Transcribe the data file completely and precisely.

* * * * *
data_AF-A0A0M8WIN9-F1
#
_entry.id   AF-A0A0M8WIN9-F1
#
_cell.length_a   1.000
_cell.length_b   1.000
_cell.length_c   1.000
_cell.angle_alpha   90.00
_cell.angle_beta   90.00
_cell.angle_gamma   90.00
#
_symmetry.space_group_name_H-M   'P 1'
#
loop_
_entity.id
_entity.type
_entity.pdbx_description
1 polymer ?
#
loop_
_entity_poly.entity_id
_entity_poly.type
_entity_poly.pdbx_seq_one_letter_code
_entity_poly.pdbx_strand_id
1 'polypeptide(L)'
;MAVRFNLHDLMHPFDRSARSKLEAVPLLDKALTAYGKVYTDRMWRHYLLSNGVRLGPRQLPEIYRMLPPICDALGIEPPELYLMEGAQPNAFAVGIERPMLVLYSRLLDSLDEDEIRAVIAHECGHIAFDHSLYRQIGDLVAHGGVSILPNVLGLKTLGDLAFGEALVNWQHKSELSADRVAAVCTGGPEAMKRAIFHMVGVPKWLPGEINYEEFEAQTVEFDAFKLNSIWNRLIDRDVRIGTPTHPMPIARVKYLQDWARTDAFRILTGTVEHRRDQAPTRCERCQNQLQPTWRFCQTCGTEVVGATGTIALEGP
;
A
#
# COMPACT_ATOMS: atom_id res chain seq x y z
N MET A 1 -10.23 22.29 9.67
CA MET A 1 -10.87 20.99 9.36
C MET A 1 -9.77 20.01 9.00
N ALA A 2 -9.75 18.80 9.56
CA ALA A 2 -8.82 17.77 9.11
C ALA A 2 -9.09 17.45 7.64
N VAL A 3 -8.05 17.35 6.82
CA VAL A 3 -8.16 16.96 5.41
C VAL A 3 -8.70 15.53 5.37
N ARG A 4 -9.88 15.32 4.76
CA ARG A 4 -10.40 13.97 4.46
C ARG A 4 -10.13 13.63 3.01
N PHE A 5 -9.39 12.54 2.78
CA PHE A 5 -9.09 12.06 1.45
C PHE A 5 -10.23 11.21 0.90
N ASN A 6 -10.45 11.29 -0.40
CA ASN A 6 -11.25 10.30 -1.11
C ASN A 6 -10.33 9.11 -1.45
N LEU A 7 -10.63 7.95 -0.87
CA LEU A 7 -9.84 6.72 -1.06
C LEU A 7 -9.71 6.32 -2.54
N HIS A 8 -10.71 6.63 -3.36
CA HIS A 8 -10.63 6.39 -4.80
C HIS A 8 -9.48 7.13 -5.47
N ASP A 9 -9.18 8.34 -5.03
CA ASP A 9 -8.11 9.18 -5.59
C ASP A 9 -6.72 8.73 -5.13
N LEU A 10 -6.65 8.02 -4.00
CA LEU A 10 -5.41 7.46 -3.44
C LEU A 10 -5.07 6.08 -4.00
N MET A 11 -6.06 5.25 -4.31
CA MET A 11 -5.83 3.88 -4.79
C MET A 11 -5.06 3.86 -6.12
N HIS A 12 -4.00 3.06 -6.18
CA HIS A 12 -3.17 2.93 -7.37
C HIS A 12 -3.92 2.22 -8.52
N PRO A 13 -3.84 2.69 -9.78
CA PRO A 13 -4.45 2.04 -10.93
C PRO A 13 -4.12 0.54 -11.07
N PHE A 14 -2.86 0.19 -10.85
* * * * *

data_AF-A0A0M8WIN9-F1
#
_entry.id   AF-A0A0M8WIN9-F1
#
_cell.length_a   1.000
_cell.length_b   1.000
_cell.length_c   1.000
_cell.angle_alpha   90.00
_cell.angle_beta   90.00
_cell.angle_gamma   90.00
#
_symmetry.space_group_name_H-M   'P 1'
#
loop_
_entity.id
_entity.type
_entity.pdbx_description
1 polymer ?
#
loop_
_entity_poly.entity_id
_entity_poly.type
_entity_poly.pdbx_seq_one_letter_code
_entity_poly.pdbx_strand_id
1 'polypeptide(L)'
;MAVRFNLHDLMHPFDRSARSKLEAVPLLDKALTAYGKVYTDRMWRHYLLSNGVRLGPRQLPEIYRMLPPICDALGIEPPELYLMEGAQPNAFAVGIERPMLVLYSRLLDSLDEDEIRAVIAHECGHIAFDHSLYRQIGDLVAHGGVSILPNVLGLKTLGDLAFGEALVNWQHKSELSADRVAAVCTGGPEAMKRAIFHMVGVPKWLPGEINYEEFEAQTVEFDAFKLNSIWNRLIDRDVRIGTPTHPMPIARVKYLQDWARTDAFRILTGTVEHRRDQAPTRCERCQNQLQPTWRFCQTCGTEVVGATGTIALEGP
;
A
#
# COMPACT_ATOMS: atom_id res chain seq x y z
N MET A 1 -10.23 22.29 9.67
CA MET A 1 -10.87 20.99 9.36
C MET A 1 -9.77 20.01 9.00
N ALA A 2 -9.75 18.80 9.56
CA ALA A 2 -8.82 17.77 9.11
C ALA A 2 -9.09 17.45 7.64
N VAL A 3 -8.05 17.35 6.82
CA VAL A 3 -8.16 16.96 5.41
C VAL A 3 -8.70 15.53 5.37
N ARG A 4 -9.88 15.32 4.76
CA ARG A 4 -10.40 13.97 4.46
C ARG A 4 -10.13 13.63 3.01
N PHE A 5 -9.39 12.54 2.78
CA PHE A 5 -9.09 12.06 1.45
C PHE A 5 -10.23 11.21 0.90
N ASN A 6 -10.45 11.29 -0.40
CA ASN A 6 -11.25 10.30 -1.11
C ASN A 6 -10.33 9.11 -1.45
N LEU A 7 -10.63 7.95 -0.87
CA LEU A 7 -9.84 6.72 -1.06
C LEU A 7 -9.71 6.32 -2.54
N HIS A 8 -10.71 6.63 -3.36
CA HIS A 8 -10.63 6.39 -4.80
C HIS A 8 -9.48 7.13 -5.47
N ASP A 9 -9.18 8.34 -5.03
CA ASP A 9 -8.11 9.18 -5.59
C ASP A 9 -6.72 8.73 -5.13
N LEU A 10 -6.65 8.02 -4.00
CA LEU A 10 -5.41 7.46 -3.44
C LEU A 10 -5.07 6.08 -4.00
N MET A 11 -6.06 5.25 -4.31
CA MET A 11 -5.83 3.88 -4.79
C MET A 11 -5.06 3.86 -6.12
N HIS A 12 -4.00 3.06 -6.18
CA HIS A 12 -3.17 2.93 -7.37
C HIS A 12 -3.92 2.22 -8.52
N PRO A 13 -3.84 2.69 -9.78
CA PRO A 13 -4.45 2.04 -10.93
C PRO A 13 -4.12 0.54 -11.07
N PHE A 14 -2.86 0.19 -10.85